In Paris, Restoring the Notre Dame Cathedral

General / People / Places / April 22, 2021

Most of the world watched in horror two years ago as the Notre Dame Cathedral in Paris went up in flames. Thanks to the work of courageous firefighters, however, the basic structure was saved, though its spire and much of its roof were destroyed. Reconstruction is well underway now, but funds are still needed to complete the cathedral’s restoration. A+A recently interviewed Friends of Notre-Dame de Paris President Michel Picaud, who today shares where the cathedral rebuilding progress is currently, and the nonprofit’s new program for engaging the public going forward:

Some background on the cathedral?
The history of Notre-Dame Cathedral is closely linked to the history of France. Built in the 12th century, Notre-Dame Cathedral has evolved over the centuries to become not only a symbol of worship in Paris, but a cultural heritage monument beloved by millions around the world.

The first stone was laid in 1163 by Bishop Maurice de Sully in the presence of Pope Alexander III. Until the mid-13th century, the cathedral was the largest religious monument in the Western world. Notre-Dame Cathedral was modified several times throughout the centuries, and then was largely neglected as the Gothic style fell out of favor in the 16th and 17thcenturies. Damaged and badly in need of restoration, public interest was renewed in the cathedral after the publication of Victor Hugo’s “The Hunchback of Notre-Dame” in 1831. A major renovation took place from 1845 through 1864, spearheaded by architects Eugene Viollet-le-Duc and Jean-Baptiste Lassus (and by Viollet-le-Duc alone after Lassus died in 1857). It was during this restoration that Viollet-le-Duc added the spire and decorative grotesques statues that we know today.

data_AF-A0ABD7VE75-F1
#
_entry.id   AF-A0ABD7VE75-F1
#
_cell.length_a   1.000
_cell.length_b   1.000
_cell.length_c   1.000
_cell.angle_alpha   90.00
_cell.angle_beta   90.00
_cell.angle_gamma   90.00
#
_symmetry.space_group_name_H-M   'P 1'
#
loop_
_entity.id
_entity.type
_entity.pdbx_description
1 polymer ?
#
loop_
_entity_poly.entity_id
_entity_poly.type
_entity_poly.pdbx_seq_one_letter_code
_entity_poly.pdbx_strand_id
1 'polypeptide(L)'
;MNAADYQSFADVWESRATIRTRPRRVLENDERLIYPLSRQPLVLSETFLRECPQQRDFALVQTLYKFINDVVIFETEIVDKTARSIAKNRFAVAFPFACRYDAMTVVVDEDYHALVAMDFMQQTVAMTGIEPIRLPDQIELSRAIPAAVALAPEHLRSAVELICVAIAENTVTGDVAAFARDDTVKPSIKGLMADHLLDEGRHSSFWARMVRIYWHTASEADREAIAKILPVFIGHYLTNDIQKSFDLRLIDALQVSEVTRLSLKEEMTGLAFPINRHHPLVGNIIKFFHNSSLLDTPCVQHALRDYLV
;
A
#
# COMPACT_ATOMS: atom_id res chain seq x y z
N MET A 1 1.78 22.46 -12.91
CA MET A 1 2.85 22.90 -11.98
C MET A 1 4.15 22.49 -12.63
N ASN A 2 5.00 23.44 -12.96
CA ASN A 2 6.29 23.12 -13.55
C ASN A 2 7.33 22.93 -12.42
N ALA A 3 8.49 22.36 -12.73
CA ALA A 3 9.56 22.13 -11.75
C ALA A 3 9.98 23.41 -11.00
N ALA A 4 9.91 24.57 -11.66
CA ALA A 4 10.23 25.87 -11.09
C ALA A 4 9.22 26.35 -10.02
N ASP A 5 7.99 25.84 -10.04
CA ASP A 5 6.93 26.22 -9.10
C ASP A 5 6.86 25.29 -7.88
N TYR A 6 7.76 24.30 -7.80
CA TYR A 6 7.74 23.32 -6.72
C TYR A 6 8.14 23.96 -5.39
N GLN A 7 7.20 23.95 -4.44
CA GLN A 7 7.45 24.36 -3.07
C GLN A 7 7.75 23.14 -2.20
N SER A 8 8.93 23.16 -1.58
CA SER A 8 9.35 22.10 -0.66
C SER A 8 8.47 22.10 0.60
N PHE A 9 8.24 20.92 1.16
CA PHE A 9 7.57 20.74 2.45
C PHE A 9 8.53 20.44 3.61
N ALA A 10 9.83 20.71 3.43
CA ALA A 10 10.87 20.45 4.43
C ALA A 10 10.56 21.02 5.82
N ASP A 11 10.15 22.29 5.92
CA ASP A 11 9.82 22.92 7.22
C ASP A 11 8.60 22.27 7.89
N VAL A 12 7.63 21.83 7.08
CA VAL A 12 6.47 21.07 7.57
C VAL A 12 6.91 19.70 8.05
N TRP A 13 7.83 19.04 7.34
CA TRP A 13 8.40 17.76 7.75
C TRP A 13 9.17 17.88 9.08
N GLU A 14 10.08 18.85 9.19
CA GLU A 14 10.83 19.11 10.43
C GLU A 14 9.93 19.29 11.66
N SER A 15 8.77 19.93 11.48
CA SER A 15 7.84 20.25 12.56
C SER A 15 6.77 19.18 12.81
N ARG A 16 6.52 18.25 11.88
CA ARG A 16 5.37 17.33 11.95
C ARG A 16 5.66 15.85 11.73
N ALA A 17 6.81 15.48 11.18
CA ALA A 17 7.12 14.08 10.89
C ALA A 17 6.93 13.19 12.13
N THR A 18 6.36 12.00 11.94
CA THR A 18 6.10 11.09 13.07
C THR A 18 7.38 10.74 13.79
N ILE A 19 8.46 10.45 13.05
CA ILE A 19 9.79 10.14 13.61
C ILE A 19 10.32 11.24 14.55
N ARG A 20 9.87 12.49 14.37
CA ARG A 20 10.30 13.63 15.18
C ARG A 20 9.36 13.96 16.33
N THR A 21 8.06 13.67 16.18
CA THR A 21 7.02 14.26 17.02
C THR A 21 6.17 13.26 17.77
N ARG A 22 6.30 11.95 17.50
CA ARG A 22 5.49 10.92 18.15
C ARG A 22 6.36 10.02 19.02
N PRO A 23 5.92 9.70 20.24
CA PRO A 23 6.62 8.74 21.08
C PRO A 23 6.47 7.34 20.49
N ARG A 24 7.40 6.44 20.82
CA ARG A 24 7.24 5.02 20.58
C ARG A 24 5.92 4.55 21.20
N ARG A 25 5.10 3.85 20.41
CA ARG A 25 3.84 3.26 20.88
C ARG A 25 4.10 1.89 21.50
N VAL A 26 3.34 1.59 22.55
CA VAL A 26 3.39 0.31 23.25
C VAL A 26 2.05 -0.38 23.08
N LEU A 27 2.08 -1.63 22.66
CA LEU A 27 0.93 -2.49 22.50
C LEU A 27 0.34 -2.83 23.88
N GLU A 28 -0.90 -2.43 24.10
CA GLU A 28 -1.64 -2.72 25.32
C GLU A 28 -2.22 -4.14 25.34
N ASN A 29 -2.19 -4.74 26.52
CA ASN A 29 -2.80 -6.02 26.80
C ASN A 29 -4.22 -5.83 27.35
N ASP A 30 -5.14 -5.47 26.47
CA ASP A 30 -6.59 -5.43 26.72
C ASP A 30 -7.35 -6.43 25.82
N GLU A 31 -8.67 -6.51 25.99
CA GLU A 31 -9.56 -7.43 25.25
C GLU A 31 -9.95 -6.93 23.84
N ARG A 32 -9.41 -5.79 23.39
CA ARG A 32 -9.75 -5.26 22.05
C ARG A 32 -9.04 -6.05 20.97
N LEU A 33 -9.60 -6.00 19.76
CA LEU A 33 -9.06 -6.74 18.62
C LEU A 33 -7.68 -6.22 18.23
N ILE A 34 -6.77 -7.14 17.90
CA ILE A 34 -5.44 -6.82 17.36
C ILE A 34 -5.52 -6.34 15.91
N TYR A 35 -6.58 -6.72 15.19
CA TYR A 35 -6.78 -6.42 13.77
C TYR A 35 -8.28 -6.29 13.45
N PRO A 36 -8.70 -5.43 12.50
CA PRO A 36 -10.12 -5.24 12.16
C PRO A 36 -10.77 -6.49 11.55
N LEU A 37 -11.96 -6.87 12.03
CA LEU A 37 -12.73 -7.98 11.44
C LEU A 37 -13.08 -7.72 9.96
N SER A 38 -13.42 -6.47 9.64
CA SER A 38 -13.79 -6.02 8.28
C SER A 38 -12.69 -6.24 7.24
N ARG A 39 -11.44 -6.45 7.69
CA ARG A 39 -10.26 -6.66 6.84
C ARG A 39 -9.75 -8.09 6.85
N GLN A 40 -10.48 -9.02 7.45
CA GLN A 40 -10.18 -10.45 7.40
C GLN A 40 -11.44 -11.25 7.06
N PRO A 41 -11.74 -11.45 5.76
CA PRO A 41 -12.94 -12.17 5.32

For a visual timeline of Notre-Dame Cathedral’s construction over time, see the video on this page.

The damage done by the fire?
The fire destroyed the spire and damaged over three quarters of the roof, including burning the famous “forest” – the lattice of trees that made up Notre-Dame’s attic underneath the roof. The cathedral also sustained water damage from the massive amounts of water needed to put the fire out, and it was covered by a layer of lead dust which poses a risk to both the cathedral and its treasures as well as the people working on the building.

The cathedral’s current status?
Today the cathedral is secured. Testing of restoration techniques has been made in two of the 24 chapels of the choir and of the nave, chapels Saint-Ferdinand, and Notre-Dame de Guadalupe, and lead decontamination of the building will take place until the end of 2021. The ground has been prepared for the reconstruction itself that will start beginning of 2022.

What is the Safety Phase?
The Safety Phase is the first phase of the reconstruction, in which experts secured the structure of the cathedral to prevent further damage and assessed the reconstruction and restoration needs, including testing techniques. It began in 2019 and will conclude mid- 2021, as work paused for several months during 2020 because of the COVID-19 pandemic.

What was achieved during that time?
Safety works included:
• Installing a tarp above the vaults to protect from rain
• Lead decontamination
• Fortifying the north, south and west gables, especially to protect the 3 large rose windows
• Fortifying the most damaged pillars of the nave
• Reinforcing the flying buttresses
• Wrapping and protecting the gargoyles and other sculptural elements of the north and south towers
• Removing burned and melted scaffolding that had previously surrounded the spire
• Installing scaffolding inside the cathedral to reinforce the vaults

Who are the architects for the reconstruction?

There are three architects in charge – the chief architects of Historical Monuments: Philippe Villeneuve, Rémi Fromont and Pascal Prunet

Their assignment?
Notre-Dame Cathedral to the National Commission for Heritage and Architecture (CNPA), the advisory council that handles important restoration projects in France, made the decision to restore the cathedral to its last “complete, coherent and known” state, meaning the appearance of the cathedral as it stood the morning of April 15, 2019, including rebuilding Viollet-le-Duc’s version of the spire.

The estimated completion date?
2024 is the target date to reopen the cathedral to visitors. However, the full restoration won’t be completed until the end of the decade.

Funding needs for the full restoration are still huge, and donors are encouraged to contribute here.

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Michael Welton




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